My dream smartphone launcher for driving
While Apple CarPlay and Google Auto are both really amazing, they suffer from one problem — you can’t use them unless you take your eyes off the road. This may be subtle, but it can also be very dangerous, as people might actually die as a result of drivers not paying attention to the road.
But is it even possible? designing a great mobile UX that you can use with even without changing where you look? Well, of course. but only if we keep things simple.
The Product is also the Minimum Viable Product
I thought about what I need from my phone while I’m driving. The most imprtant things for me is of course to make phone calls. When I’m using my phone today it’s exhausting. I need to pass through all of these stages before I can make one phone call and speak:
Usually I only call my girlfriend, my mom or my best friend, but I still have to go through all of these stages in order to make a phone call. Verrrrrry complicated.
Next, since I don’t believe in texting while driving, is the need to control music.
Last but not least, is navigation. Getting directions from where I’m located to home/school/work/other.
Thinking about a solution
Since I’m a designer with some UX knowledge, I decided to try and design a solution. My solution might have some flaws — as I didn’t do a proper research, user testing, etc, but it offers some creative ideas that adress the problem — we don’t want drivers taking their eyes off the road.
So we have 3 main features we want to have in our new car app, and we also want people to easily use it without having to look at the device.
The easy solution is to depend heavily on voice commands. While it’s a solid solution, that both Apple and Google use, we obviously still need the ability to do everything with our hands. Voice recognition has many flaws.
The user needs to be familiar with only three features. Dialer, Navigation and Music. In order to use them, he needs to easily locate them, so lets put the dialer and the navigation in the corners of the device. As for the music, there are many controls we’ll need — Volume up/down, Pause/Play, Next/Prev etc… These are too many controls to have when we can’t look at the app. So we’ll use gestures.
Here is a basic mockup that demonstrate what I’ve been thinking about.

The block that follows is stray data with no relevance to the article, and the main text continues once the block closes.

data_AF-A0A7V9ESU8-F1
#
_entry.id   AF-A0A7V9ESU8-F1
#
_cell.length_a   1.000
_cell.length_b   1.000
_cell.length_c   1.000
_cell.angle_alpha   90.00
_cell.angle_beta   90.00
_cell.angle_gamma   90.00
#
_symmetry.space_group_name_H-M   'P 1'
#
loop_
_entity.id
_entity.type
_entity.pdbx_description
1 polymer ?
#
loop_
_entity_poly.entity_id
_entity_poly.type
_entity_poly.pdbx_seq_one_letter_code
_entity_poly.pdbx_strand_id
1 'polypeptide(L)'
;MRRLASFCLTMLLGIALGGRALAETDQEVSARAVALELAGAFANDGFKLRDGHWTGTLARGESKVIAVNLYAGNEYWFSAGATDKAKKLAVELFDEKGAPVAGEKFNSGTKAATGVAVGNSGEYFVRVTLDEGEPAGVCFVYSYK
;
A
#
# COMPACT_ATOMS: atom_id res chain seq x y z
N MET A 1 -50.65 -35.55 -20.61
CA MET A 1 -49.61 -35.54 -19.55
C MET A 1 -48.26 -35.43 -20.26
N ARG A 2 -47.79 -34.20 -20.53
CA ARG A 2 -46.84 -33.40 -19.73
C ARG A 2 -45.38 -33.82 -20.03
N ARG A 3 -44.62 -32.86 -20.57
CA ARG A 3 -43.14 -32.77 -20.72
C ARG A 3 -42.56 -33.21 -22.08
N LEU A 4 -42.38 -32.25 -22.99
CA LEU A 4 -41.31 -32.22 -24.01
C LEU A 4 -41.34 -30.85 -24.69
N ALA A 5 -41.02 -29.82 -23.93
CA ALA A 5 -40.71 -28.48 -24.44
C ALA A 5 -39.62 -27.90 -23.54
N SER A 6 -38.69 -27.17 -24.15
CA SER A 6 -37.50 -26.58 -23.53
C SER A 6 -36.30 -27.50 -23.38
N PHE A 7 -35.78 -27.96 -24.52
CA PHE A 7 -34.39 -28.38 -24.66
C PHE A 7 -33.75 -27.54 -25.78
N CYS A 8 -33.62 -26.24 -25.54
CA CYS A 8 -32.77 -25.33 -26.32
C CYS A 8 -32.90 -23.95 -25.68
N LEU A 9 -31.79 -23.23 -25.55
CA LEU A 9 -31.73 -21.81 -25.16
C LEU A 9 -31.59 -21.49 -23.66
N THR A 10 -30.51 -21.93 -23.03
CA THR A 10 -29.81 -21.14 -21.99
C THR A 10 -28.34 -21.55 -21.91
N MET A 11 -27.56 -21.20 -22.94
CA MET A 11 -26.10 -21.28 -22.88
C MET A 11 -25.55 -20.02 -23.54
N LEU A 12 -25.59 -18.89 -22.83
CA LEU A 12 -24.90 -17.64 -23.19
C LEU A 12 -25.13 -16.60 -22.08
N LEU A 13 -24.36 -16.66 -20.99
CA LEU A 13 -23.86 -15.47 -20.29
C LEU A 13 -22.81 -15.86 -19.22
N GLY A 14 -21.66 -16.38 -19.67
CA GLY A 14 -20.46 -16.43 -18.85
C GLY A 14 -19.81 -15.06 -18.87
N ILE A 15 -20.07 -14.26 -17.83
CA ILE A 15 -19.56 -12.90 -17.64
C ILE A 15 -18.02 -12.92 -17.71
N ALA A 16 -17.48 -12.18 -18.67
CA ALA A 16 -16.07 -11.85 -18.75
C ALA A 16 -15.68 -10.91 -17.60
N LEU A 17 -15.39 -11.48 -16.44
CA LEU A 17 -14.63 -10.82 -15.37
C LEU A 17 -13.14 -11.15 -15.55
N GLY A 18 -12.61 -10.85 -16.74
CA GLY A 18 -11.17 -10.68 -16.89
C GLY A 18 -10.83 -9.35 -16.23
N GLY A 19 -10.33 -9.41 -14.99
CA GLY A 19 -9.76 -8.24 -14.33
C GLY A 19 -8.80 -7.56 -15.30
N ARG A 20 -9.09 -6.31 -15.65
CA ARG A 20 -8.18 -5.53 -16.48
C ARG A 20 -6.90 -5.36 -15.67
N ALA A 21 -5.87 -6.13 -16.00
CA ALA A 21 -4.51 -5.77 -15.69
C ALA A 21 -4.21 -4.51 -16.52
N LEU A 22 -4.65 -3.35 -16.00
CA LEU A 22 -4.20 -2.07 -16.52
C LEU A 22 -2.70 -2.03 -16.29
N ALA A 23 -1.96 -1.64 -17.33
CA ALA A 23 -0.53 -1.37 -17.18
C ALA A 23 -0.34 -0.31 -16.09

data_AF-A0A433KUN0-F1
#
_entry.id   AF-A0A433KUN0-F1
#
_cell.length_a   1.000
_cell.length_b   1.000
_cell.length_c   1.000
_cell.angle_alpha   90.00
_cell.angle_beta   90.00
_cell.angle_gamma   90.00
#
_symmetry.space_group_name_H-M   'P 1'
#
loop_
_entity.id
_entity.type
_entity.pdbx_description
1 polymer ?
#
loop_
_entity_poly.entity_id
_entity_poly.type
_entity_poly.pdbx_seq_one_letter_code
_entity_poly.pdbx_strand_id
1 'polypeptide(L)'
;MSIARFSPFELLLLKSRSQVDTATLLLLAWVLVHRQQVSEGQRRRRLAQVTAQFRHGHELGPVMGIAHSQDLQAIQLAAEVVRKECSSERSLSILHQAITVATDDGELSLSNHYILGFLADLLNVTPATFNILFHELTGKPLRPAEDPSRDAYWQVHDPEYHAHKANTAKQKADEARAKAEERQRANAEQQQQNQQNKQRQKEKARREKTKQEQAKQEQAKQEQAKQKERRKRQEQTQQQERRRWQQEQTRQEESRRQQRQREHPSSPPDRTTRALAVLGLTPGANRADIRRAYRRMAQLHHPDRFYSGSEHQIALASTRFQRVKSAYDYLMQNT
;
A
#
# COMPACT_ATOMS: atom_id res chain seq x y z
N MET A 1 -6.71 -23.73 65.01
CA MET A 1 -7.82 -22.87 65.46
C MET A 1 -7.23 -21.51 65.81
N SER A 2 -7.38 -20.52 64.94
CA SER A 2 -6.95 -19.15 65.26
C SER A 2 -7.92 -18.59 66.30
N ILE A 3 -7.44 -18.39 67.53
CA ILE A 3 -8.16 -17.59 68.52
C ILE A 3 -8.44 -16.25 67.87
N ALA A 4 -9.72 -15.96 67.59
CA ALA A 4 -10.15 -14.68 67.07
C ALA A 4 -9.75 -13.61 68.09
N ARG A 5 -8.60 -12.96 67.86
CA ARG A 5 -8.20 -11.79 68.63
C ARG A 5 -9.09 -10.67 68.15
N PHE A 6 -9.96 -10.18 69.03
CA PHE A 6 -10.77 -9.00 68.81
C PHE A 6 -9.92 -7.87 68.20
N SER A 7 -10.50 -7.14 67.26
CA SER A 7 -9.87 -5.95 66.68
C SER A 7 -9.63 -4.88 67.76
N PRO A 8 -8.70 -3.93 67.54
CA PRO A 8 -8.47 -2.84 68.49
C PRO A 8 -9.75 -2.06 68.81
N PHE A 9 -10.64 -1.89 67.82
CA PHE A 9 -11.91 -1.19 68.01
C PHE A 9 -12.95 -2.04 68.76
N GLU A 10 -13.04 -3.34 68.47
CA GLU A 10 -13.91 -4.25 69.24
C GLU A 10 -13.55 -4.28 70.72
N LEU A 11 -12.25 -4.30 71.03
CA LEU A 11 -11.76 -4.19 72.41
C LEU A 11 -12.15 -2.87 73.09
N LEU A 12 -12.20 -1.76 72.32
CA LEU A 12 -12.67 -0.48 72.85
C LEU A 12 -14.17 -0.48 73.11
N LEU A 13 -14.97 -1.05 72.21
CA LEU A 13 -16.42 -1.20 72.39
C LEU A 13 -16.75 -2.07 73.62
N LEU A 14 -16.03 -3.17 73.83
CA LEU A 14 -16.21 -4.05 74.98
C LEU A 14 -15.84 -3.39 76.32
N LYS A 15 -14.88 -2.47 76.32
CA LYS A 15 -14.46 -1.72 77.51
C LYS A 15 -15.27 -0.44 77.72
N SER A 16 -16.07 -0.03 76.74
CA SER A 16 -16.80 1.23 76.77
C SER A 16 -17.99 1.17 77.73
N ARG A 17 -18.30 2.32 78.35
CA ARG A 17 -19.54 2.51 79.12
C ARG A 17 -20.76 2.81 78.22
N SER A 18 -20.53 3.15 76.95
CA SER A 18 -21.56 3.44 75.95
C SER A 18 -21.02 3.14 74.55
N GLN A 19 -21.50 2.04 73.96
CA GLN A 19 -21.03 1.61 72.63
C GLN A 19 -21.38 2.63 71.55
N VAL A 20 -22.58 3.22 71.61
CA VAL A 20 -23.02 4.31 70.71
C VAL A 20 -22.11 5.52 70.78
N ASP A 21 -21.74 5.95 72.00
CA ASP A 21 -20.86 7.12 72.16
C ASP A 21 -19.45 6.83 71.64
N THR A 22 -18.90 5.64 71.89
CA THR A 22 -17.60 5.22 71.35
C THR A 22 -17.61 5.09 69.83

Even without looking, it will be very easy to press the bottom of the screen to dial, or the top of the screen to navigate.
The way to actually make a call, is to press the bottom of the screen, and then swipe left/right/up to call your requested contact.
This whole process is just one tap+swipe. No unlocking, waiting, looking, searching. Just remember to swipe up when you want to ask your wife about her day.
Receiving a call is also extremely simple - Just one tap at the bottom to accept, and one tap at the top to decline (Muting is simple enough using hardware buttons). Yes, the buttons are huge, but you want the user to locate them with the least effort possible.
The important thing here is that the phone needs to automatically switch to speaker mode once a call is made.
If we want to implement navigation, it can be almost the same, except that the user will use the top of the screen instead.
The locations should be saved before driving, the road is not a place to start messing around with the Google Maps UI.
If a friend wants to send us his location in an IM app, it would be a good experience to receieve it just like we receieve phone calls, with one-tap.
Now it’s time for the new gestures for music control! We want them to be easy and we don’t want them to interrupt the other features. We want to be able to tap anywhere on the screen, and make sure that the correct action is made. This can be possible if we use two fingers gestures. It will make sure that when you just tap on the screen, it won’t make a phone call, and won’t launch navigation. Here’s an example:
The reason I did all that, is because I think drivers are messing around with their phones waaaay more than they should. It happens so many times that the driver in front of me didn’t notice the green light, and I saw him looking at his phone, probably texting or checking his Facebook feed. Really, I can’t say you shouldn’t make phone calls while driving, but your screen should not have more features other than the basic ones. And also — the UI for drivers should not look or act the same as for the average users.
If you were inspired by this and want to implement this concept as an android launcher — feel free to contact me. I’ll be more than happy!